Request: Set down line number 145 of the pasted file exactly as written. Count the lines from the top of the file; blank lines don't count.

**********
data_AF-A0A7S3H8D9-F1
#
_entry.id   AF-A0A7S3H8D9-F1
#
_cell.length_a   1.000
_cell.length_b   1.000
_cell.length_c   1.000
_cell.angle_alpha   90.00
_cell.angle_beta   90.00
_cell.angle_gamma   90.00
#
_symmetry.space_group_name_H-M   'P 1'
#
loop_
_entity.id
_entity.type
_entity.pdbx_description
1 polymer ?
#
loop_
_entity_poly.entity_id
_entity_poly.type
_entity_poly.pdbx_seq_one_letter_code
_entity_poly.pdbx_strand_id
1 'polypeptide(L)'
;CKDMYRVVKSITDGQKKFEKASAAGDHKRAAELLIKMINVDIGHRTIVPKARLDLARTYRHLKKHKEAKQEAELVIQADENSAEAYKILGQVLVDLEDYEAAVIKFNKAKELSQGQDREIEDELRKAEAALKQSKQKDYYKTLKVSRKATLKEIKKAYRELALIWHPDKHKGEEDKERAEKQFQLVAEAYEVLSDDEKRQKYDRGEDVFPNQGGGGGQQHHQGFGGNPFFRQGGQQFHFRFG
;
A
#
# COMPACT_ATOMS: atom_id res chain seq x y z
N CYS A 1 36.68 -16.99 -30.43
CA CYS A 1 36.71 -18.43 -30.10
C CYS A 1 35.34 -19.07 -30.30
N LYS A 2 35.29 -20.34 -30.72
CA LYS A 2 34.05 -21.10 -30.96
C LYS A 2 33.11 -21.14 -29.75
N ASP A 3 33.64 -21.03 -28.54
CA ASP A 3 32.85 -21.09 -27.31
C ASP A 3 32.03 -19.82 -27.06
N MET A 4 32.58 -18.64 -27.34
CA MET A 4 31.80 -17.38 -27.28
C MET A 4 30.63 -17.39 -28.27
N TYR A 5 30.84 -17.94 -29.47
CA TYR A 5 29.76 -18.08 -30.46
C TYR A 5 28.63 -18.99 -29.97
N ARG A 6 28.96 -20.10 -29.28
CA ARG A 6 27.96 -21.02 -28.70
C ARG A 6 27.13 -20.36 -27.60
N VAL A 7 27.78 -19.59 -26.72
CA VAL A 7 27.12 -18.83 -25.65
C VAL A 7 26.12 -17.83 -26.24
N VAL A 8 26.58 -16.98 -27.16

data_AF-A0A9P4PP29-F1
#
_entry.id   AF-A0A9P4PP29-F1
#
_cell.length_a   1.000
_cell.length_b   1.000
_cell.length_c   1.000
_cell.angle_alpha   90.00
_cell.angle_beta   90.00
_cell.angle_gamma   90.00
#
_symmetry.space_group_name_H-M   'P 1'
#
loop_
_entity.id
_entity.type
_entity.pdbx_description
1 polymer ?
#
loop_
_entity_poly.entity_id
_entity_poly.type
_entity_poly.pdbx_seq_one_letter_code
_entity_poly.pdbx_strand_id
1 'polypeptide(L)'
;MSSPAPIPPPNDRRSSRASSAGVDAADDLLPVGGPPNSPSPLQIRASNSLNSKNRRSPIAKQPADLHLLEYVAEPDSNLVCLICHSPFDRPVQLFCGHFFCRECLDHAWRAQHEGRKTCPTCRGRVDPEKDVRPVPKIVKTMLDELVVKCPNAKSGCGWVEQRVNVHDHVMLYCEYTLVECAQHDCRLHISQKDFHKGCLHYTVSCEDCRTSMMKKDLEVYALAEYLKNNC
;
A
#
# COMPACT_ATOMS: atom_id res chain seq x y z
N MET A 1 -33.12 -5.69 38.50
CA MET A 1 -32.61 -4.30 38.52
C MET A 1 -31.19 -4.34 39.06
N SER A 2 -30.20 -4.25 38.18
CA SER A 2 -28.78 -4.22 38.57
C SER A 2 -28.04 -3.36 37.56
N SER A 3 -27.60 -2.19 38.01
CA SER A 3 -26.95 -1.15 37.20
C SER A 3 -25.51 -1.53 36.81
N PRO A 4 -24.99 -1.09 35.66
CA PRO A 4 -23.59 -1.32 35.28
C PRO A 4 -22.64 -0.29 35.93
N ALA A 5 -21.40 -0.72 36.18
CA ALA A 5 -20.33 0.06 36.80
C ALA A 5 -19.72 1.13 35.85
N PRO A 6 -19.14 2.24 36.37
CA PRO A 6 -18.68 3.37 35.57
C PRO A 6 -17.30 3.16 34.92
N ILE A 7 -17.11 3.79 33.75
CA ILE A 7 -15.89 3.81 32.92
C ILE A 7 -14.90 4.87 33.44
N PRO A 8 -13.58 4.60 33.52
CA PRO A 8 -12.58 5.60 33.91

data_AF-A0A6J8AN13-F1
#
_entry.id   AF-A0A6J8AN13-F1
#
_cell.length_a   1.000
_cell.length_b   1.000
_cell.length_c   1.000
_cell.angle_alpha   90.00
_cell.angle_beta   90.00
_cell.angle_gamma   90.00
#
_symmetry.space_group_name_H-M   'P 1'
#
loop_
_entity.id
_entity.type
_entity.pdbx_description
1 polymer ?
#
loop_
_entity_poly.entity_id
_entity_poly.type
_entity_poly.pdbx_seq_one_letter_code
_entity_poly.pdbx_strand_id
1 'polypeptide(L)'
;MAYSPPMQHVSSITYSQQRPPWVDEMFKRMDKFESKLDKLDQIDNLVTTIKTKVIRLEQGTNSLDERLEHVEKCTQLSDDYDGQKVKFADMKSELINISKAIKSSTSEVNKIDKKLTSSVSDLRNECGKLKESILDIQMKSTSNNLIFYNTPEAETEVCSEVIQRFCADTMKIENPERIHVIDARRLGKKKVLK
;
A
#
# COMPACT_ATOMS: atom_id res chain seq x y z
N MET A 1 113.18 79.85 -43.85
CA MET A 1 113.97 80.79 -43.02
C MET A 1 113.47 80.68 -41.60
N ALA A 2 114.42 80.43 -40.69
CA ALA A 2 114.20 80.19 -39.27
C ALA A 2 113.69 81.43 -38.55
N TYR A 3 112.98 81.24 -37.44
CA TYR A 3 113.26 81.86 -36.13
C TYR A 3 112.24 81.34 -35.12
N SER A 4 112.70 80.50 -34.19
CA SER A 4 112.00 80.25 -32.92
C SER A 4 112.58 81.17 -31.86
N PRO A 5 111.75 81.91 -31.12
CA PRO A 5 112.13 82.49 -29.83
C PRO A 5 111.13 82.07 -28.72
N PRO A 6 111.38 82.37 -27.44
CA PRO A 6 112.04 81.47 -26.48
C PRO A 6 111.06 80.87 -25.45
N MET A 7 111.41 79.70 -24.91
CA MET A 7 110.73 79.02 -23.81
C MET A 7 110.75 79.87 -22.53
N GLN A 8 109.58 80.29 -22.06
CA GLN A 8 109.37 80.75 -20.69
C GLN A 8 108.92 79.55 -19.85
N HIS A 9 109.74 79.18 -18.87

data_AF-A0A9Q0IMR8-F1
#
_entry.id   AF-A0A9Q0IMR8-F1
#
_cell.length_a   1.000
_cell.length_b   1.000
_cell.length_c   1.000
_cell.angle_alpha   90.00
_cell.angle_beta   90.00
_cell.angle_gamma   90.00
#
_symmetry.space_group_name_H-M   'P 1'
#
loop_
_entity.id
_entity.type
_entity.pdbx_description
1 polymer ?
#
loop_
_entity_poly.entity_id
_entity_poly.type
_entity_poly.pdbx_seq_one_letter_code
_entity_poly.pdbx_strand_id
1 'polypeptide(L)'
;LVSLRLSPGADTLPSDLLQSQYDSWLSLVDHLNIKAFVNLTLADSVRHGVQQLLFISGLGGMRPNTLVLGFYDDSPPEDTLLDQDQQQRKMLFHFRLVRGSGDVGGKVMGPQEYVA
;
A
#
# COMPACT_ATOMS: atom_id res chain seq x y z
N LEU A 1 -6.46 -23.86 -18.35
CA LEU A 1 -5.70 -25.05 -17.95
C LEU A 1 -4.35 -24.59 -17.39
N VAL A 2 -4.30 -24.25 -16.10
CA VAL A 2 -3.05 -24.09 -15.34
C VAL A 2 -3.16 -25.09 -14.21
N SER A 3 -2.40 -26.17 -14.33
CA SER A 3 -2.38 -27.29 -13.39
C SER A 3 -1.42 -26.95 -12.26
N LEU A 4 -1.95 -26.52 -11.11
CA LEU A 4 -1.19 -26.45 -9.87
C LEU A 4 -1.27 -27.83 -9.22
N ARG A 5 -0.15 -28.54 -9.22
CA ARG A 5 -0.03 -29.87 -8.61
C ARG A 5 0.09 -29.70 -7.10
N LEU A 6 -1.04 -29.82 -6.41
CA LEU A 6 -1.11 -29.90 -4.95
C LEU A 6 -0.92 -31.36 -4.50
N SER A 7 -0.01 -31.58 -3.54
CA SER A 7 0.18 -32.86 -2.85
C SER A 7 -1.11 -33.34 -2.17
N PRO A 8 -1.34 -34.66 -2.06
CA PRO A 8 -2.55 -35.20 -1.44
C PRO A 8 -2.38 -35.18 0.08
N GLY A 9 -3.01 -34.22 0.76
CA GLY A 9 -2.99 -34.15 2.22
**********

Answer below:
N SER A 4 112.70 80.50 -34.19